Can 14,680 tons of concrete, granite and steel cabling be beautiful? Stand on the bank of the East River and look up at the mile-long suspension bridge that spans the estuary, and you'll reply with an emphatic “yes”! Grand Brooklyn Bridge, with its two huge towers and slight graceful arc, supported by silvery cables, manages to make its great bulk look slender, almost delicate, as it hovers serenely over the water. When the bridge was completed in 1883, linking Manhattan in NYC to the then-separate town of Brooklyn, it was the longest of its kind ever built, and was dubbed “the eighth wonder of the world”. You've got to hope this was some comfort to its beleaguered engineer, Washington Roebling. His father John Roebling had died of an injury sustained during surveying for the bridge; and Washington himself was permanently disabled by decompression sickness caused by working underwater on its foundations. But if the Roeblings could know how admired and loved their masterpiece still is, nearly 150 years from when its first stones were laid, we reckon they'd feel that their sacrifices weren't in vain.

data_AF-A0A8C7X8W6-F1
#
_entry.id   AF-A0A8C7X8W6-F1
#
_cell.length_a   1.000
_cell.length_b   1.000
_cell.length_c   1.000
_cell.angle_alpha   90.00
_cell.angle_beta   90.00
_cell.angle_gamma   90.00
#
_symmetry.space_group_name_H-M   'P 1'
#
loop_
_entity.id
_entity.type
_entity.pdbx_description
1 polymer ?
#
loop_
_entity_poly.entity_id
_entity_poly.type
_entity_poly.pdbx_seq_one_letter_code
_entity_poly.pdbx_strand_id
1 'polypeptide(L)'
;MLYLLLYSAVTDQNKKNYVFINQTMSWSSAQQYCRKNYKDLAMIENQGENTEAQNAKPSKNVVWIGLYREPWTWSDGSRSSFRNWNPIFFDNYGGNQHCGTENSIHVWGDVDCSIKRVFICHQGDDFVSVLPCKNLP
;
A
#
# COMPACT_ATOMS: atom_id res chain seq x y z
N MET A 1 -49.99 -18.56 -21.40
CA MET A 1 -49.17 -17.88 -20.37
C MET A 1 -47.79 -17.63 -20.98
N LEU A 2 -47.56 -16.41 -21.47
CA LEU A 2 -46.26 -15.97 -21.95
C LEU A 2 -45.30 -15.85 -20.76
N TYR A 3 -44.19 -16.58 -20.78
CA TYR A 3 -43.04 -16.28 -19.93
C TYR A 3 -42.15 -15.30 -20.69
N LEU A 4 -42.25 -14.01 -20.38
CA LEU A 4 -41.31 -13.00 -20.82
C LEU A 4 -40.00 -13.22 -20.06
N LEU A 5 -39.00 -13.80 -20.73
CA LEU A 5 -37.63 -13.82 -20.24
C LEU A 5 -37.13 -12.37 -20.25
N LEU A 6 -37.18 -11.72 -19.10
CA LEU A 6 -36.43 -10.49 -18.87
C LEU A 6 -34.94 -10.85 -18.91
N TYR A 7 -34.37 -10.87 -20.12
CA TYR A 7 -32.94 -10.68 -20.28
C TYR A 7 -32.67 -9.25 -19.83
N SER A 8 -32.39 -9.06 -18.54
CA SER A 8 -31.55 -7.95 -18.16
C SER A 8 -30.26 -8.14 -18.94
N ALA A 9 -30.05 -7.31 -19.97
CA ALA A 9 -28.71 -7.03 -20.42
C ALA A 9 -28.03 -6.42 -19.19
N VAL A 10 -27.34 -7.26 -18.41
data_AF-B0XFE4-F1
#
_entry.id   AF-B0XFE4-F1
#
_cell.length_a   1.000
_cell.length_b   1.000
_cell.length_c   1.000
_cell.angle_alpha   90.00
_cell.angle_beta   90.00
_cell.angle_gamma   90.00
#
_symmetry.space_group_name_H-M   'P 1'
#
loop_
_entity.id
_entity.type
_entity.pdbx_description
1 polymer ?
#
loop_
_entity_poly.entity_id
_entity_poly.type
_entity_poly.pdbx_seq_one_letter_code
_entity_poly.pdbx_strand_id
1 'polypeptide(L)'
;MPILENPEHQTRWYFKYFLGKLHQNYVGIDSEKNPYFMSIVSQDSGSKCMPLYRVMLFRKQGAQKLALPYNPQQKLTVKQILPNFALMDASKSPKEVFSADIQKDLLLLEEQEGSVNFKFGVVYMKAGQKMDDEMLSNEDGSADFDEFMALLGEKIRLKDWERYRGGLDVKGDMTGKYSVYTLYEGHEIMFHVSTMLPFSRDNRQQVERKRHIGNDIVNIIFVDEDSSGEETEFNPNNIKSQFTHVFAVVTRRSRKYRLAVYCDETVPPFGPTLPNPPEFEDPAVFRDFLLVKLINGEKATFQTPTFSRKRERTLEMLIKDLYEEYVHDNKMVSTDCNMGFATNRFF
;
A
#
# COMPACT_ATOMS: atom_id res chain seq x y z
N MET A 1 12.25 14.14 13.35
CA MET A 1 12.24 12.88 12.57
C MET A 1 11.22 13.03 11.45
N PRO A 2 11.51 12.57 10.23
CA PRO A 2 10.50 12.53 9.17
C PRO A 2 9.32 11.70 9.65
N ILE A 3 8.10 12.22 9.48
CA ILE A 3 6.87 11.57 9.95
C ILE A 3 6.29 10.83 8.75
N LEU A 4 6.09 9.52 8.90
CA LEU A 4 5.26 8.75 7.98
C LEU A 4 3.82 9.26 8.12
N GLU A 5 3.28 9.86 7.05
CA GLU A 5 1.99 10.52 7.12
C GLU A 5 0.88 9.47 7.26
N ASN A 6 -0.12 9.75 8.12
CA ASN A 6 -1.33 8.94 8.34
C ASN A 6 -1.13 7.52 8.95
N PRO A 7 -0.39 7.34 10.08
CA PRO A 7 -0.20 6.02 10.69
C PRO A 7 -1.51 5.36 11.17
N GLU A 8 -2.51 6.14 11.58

Take part in one of New York's most iconic scenes as you cycle or saunter over the bridge's raised pedestrian walkway, safely out of reach of the traffic beneath. Pausing in the middle of the bridge, you'll be treated to quintessential Big Apple views on both sides: to the south, the red towers and converted warehouses of Brooklyn's Dumbo industrial area, and to the north, the Manhattan skyline with its famous skyscrapers. Brooklyn Bridge is magnificent at any time of day; but it takes on a special radiance at sunset, as you watch pink clouds halo the Statue of Liberty and the bright lights of NYC blink on in the gathering dusk. Though it’s true that even at sunset, the view isn’t quite as great as it would have been on 17 May 1884, when Phineas Barnum, founder of the famous Barnum & Bailey circus, showed off the strength of the Brooklyn Bridge by marching a posse of 21 elephants and 17 camels across it!